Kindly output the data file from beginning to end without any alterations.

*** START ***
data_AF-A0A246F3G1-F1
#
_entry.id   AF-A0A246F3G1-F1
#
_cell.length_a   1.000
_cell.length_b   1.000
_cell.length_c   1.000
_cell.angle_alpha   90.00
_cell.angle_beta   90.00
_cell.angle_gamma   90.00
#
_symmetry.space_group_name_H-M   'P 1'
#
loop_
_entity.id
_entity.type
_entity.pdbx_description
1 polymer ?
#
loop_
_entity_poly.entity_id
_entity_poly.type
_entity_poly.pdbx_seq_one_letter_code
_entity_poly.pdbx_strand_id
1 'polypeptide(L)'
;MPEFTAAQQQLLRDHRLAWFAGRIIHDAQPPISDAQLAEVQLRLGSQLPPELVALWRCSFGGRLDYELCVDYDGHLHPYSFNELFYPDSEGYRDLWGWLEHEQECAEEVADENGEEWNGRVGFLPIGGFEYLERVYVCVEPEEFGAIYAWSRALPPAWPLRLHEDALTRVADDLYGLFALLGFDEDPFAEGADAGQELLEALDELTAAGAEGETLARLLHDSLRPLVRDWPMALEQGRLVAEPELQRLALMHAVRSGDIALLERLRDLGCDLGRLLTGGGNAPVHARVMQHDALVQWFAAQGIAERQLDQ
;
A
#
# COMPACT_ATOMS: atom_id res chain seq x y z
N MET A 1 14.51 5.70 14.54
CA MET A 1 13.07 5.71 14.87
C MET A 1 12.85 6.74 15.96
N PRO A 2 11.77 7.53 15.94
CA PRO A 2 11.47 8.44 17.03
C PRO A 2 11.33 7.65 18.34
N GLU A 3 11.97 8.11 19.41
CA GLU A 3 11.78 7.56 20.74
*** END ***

data_AF-A0A246F3G1-F1
#
_entry.id   AF-A0A246F3G1-F1
#
_cell.length_a   1.000
_cell.length_b   1.000
_cell.length_c   1.000
_cell.angle_alpha   90.00
_cell.angle_beta   90.00
_cell.angle_gamma   90.00
#
_symmetry.space_group_name_H-M   'P 1'
#
loop_
_entity.id
_entity.type
_entity.pdbx_description
1 polymer ?
#
loop_
_entity_poly.entity_id
_entity_poly.type
_entity_poly.pdbx_seq_one_letter_code
_entity_poly.pdbx_strand_id
1 'polypeptide(L)'
;MPEFTAAQQQLLRDHRLAWFAGRIIHDAQPPISDAQLAEVQLRLGSQLPPELVALWRCSFGGRLDYELCVDYDGHLHPYSFNELFYPDSEGYRDLWGWLEHEQECAEEVADENGEEWNGRVGFLPIGGFEYLERVYVCVEPEEFGAIYAWSRALPPAWPLRLHEDALTRVADDLYGLFALLGFDEDPFAEGADAGQELLEALDELTAAGAEGETLARLLHDSLRPLVRDWPMALEQGRLVAEPELQRLALMHAVRSGDIALLERLRDLGCDLGRLLTGGGNAPVHARVMQHDALVQWFAAQGIAERQLDQ
;
A
#
# COMPACT_ATOMS: atom_id res chain seq x y z
N MET A 1 14.51 5.70 14.54
CA MET A 1 13.07 5.71 14.87
C MET A 1 12.85 6.74 15.96
N PRO A 2 11.77 7.53 15.94
CA PRO A 2 11.47 8.44 17.03
C PRO A 2 11.33 7.65 18.34
N GLU A 3 11.97 8.11 19.41
CA GLU A 3 11.78 7.56 20.74